Streaming video is rapidly displacing traditional over-the-air broadcast and Pay TV in American homes. Seven in ten U.S. households (69%) now access streaming video on demand (SVOD) via Netflix, Hulu, or Amazon Prime.
Americans streamed 42 billion hours of Netflix in 2015, accounting for about 6% of a typical household’s television viewing; and 61% of U.S. consumers rate their streaming video service as more important than their smartphone data plans, landline telephone, and print or digital news subscriptions. For many young people in America, watching television now means streaming a program or series over a web-connected device.
Because of the growing importance of streaming video as a means of accessing and enjoying entertainment media, the Parents Television Council is adding a regular feature to our blog, looking at and evaluating streaming video from a parental perspective.
Many parents would never even consider a subscription to HBO or Cinemax because of the risk of unwanted exposure to explicit sexual content and nudity that these channels are known for; but no doubt many of those same parents do subscribe to Netflix.
The appeal of Netflix for parents is understandable: No commercials and a large catalogue of child and family-friendly entertainment available on demand. But no doubt many Netflix subscribers are either unaware of or underestimate the significant risks and downsides, particularly if you have teens in the house.
For the last couple of years, the Parents Television Council has been sounding the alarm on teen-targeted series like 13 Reasons Why, which glorifies suicide and has been linked to a spike in Google searches on how to commit suicide; and Big Mouth, which sexualizes pubescent children in disturbing ways. The streaming service recently added Sex Education, a new UK-produced, teen-targeted series that features frank discussions about sex, explicit depictions of sex and nudity, and something more that even HBO and Cinemax rarely show: male genitalia.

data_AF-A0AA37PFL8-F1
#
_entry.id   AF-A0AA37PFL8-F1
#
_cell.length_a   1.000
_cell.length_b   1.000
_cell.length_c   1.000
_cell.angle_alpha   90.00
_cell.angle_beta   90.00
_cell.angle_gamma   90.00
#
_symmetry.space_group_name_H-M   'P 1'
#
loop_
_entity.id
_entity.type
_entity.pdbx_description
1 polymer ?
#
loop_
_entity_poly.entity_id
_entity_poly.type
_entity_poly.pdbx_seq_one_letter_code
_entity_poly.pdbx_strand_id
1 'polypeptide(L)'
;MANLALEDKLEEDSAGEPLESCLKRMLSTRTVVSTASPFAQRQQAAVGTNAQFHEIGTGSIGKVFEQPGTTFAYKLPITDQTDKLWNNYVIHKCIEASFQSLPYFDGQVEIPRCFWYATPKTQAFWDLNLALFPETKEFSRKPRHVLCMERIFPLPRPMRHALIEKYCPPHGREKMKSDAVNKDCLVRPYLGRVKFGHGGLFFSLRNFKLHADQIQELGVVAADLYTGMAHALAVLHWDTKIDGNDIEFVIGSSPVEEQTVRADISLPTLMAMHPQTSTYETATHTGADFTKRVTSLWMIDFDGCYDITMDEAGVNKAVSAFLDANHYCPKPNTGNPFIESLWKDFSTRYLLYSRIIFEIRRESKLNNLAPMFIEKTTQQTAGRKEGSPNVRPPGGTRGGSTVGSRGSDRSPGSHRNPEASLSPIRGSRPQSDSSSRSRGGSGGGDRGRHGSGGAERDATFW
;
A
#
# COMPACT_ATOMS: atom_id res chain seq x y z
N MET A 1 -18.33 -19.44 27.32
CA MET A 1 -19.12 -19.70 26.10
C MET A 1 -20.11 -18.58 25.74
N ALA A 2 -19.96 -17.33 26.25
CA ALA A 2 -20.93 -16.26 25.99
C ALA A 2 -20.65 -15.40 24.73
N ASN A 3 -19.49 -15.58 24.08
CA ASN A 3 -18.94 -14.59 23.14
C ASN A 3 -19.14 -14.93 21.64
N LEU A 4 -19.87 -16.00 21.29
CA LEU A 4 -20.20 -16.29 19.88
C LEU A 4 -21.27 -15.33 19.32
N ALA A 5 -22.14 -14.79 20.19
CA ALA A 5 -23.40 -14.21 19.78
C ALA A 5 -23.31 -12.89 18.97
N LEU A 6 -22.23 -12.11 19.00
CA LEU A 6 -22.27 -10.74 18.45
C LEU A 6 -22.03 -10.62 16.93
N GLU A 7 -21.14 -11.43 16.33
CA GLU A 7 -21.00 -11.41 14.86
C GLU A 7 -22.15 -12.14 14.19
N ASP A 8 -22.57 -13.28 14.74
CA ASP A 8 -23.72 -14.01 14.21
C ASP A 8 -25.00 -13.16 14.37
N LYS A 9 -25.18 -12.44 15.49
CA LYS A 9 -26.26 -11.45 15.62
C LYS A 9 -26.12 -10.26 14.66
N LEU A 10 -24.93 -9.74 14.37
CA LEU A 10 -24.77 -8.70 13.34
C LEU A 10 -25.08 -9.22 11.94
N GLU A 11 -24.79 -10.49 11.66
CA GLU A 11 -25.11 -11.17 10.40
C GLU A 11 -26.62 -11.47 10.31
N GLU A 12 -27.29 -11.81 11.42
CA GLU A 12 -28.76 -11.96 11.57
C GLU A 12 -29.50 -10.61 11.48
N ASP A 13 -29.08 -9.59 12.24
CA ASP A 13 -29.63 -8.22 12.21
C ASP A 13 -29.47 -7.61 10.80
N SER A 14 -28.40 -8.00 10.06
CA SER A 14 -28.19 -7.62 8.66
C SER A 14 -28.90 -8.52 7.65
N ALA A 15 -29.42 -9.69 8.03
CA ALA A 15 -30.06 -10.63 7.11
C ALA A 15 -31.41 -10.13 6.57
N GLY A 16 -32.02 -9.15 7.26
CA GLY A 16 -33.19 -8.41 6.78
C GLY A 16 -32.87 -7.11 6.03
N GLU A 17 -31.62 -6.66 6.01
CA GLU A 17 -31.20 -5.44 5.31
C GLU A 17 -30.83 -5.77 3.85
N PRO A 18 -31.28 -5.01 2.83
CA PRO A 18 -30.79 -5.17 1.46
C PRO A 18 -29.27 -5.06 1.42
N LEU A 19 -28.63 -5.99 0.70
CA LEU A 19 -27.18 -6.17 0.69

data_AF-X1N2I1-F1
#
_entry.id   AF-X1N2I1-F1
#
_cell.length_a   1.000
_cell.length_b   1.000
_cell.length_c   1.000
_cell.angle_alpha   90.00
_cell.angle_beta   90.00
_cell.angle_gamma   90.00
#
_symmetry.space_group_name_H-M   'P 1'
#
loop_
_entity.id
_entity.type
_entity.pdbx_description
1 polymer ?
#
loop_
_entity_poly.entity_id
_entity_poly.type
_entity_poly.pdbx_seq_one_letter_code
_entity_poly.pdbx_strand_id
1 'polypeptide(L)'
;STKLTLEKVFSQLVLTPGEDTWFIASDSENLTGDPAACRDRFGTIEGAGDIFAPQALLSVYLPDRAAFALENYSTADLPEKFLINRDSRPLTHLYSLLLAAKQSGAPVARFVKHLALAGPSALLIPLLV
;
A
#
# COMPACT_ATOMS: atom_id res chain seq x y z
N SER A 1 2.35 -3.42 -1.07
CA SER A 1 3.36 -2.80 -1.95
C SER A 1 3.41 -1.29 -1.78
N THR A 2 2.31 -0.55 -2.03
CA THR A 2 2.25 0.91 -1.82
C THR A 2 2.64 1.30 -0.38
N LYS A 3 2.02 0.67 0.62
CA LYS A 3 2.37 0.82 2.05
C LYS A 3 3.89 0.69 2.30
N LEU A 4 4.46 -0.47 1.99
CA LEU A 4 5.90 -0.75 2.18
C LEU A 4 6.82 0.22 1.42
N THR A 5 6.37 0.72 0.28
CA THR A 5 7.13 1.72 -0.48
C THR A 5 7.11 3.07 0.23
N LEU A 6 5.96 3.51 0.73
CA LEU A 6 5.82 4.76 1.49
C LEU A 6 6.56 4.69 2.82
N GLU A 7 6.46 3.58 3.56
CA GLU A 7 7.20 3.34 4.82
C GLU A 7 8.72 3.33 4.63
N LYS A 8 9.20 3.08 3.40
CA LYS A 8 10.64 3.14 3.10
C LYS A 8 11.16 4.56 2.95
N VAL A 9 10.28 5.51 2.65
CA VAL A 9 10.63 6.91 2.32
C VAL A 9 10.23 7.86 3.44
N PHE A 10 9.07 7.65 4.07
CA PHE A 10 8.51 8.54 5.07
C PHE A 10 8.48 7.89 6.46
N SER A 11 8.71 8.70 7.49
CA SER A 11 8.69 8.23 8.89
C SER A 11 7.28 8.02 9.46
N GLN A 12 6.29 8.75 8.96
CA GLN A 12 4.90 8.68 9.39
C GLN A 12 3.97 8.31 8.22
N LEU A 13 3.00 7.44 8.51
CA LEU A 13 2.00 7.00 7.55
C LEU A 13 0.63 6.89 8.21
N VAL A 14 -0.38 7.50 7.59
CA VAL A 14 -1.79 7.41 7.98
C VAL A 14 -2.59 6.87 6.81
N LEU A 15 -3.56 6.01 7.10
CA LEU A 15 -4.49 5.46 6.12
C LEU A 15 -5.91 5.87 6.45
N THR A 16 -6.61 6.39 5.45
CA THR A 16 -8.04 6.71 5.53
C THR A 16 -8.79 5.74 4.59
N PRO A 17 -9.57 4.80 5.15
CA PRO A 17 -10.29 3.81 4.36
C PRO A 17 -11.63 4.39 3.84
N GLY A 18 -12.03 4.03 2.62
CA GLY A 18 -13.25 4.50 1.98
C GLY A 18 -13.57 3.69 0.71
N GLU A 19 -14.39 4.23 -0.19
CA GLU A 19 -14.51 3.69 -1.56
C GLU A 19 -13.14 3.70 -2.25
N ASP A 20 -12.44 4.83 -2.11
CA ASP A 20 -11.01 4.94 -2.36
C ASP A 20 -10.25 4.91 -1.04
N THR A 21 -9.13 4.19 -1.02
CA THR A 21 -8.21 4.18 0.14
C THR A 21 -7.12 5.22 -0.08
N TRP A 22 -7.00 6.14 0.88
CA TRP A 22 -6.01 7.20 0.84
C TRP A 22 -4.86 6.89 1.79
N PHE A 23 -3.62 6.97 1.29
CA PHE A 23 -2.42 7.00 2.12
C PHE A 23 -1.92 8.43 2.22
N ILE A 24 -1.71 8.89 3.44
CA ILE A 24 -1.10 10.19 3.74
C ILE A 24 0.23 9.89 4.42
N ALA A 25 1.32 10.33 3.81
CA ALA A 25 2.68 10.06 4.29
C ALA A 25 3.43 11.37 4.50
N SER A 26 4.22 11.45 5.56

Kelly Lawler, writing for USA Today observes, “It’s not a particularly groundbreaking setup for a show on the streaming service, which unlike broadcast networks is unencumbered by FCC regulations. Netflix luxuriates in the risque, from sex and profanity in House of Cards to violence in Marvel’s The Punisher… In contrast to premium cable channels like HBO, streaming services (especially Netflix and Hulu) are actively courting teen and pre-teen viewers. And with some programming, they’re doing so by being as filthy as teens themselves can be in real life.”
Even before the opening credits of the first episode roll, viewers see two high schoolers having sex; the girl’s breasts are fully exposed, and she asks her boyfriend, Adam “Do you like my tits? …Do you want to come on them?” In the following scene, viewers are introduced to Otis — a socially awkward teenage boy whose mother is a sex therapist – who pretends to have masturbated by putting lotion in a wadded-up tissue and leaving a pornographic magazine open on his bed. This, apparently, is to satisfy his mother’s expectation that he should be masturbating. Otis’ home is filled with erotic art, sculptures of phalluses and sex toys; as well as a changing rotation of his mother’s lovers. He is deeply embarrassed by his mother, and no one, except his best friend, knows what she does for a living until he is “outed” by Adam, who circulates a clip of Otis’ mother in an instructional video stroking a plastic phallus and describing, in graphic terms, how to make a man climax.
Adam, we later learn, suffers from performance anxiety because of the reputation he has earned for being well-endowed and the pressure of being the headmaster’s son. He takes Viagra so that he can climax during sex with his girlfriend. Otis and Maeve, the school “slut,” find him hiding in a bathroom stall with a large and painful erection caused by the Viagra. Otis counsels him through his problems, and Maeve hits on a money-making scheme using Otis’ preternatural knowledge of sexual problems and pathologies.
And so it goes for this series: wall-to-wall, beginning-to-end, non-stop depictions of or discussions of sex in the most explicit and graphic terms. Adam drops his pants in front of his peers during lunch so they can all see his genitals. The camera zooms-in on his penis and scrotum between his legs from behind. A short video clip on Otis’ television shows a woman rolling a man’s testicles between her fingers.
If ever a series was designed purely to appeal to the prurient interests of the viewers, this is it. If ever a series was produced for nothing but shock-value, this is it. If ever a series was without any redeeming value, this is it.
Despite all the pseudo-scientific psycho-babble layered-in to make Sex Education seem weighty and serious, there’s no getting around the fact that it’s really just a teen-targeted vehicle for nudity and explicit sexual content.